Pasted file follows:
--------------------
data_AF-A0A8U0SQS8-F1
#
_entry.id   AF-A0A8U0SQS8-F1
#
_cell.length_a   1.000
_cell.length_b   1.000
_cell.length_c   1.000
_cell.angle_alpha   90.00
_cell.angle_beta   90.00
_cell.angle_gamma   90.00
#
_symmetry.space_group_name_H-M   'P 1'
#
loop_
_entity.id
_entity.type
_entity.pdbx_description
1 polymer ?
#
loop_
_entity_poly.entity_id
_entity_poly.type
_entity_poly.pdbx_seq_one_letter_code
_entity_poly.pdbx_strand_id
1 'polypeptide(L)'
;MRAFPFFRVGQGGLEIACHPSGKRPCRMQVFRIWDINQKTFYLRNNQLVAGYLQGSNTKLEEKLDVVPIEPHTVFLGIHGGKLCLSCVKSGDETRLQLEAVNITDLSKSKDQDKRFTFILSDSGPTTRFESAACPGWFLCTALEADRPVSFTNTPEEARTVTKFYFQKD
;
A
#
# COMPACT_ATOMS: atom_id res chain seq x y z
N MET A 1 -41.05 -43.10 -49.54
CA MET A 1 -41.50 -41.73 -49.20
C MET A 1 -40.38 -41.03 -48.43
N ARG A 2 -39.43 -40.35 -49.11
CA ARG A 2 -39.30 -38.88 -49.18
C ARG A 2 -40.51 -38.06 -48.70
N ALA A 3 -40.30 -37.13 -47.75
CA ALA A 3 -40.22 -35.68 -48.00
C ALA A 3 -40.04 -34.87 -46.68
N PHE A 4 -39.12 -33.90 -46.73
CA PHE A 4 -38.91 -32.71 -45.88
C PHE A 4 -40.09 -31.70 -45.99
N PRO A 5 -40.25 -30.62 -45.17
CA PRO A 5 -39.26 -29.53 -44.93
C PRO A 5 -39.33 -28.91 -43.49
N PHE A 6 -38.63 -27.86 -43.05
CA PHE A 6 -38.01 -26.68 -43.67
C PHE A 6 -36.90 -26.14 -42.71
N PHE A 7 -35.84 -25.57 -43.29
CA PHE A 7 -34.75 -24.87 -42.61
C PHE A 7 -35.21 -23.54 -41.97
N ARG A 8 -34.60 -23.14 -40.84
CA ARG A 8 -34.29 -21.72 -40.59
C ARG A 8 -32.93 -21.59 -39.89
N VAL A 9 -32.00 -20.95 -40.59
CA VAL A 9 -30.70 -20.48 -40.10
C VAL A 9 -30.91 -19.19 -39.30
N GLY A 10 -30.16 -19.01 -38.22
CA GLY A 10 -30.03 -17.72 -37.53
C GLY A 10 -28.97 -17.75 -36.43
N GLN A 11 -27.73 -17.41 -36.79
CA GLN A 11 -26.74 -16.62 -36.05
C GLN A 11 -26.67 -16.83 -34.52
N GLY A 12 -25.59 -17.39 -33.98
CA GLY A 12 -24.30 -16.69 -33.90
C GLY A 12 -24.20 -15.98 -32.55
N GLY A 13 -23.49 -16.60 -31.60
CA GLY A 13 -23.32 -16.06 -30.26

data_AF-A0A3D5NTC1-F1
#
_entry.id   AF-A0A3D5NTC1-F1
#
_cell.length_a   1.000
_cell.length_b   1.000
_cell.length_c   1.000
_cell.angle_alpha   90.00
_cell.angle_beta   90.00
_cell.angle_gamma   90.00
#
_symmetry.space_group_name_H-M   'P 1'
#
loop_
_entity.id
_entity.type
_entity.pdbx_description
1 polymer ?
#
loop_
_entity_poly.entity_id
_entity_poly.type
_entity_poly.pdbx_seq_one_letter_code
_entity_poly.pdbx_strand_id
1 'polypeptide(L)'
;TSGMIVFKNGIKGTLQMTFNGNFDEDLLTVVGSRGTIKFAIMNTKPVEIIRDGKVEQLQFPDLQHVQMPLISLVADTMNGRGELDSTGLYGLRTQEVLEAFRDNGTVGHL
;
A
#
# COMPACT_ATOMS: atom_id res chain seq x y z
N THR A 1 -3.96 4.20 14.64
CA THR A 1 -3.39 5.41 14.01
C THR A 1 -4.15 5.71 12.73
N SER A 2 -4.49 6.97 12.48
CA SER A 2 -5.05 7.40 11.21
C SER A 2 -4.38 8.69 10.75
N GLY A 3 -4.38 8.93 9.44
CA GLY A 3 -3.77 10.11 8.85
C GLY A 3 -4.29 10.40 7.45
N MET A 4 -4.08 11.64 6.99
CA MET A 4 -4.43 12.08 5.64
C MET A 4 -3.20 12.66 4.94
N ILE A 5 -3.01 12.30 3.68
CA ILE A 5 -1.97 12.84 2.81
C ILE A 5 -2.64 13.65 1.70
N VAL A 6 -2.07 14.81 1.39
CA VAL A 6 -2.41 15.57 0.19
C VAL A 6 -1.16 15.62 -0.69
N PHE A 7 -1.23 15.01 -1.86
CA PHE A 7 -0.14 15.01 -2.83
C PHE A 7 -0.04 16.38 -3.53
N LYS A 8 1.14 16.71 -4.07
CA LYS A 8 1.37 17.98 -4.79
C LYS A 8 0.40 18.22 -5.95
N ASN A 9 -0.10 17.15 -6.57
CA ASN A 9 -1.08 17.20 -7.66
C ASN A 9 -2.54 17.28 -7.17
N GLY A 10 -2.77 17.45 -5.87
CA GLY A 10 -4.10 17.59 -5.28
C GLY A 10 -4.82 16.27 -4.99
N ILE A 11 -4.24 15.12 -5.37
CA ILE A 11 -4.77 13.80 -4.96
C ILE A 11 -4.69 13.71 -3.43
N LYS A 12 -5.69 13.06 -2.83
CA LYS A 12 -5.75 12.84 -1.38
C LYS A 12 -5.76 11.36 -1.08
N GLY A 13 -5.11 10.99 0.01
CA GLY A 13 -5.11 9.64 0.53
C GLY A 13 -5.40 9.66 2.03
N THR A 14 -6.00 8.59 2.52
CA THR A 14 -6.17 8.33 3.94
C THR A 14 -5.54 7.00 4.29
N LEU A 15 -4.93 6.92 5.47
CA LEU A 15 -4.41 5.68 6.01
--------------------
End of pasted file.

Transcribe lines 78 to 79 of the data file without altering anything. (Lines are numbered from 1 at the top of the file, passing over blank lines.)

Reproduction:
_cell.angle_gamma   90.00
#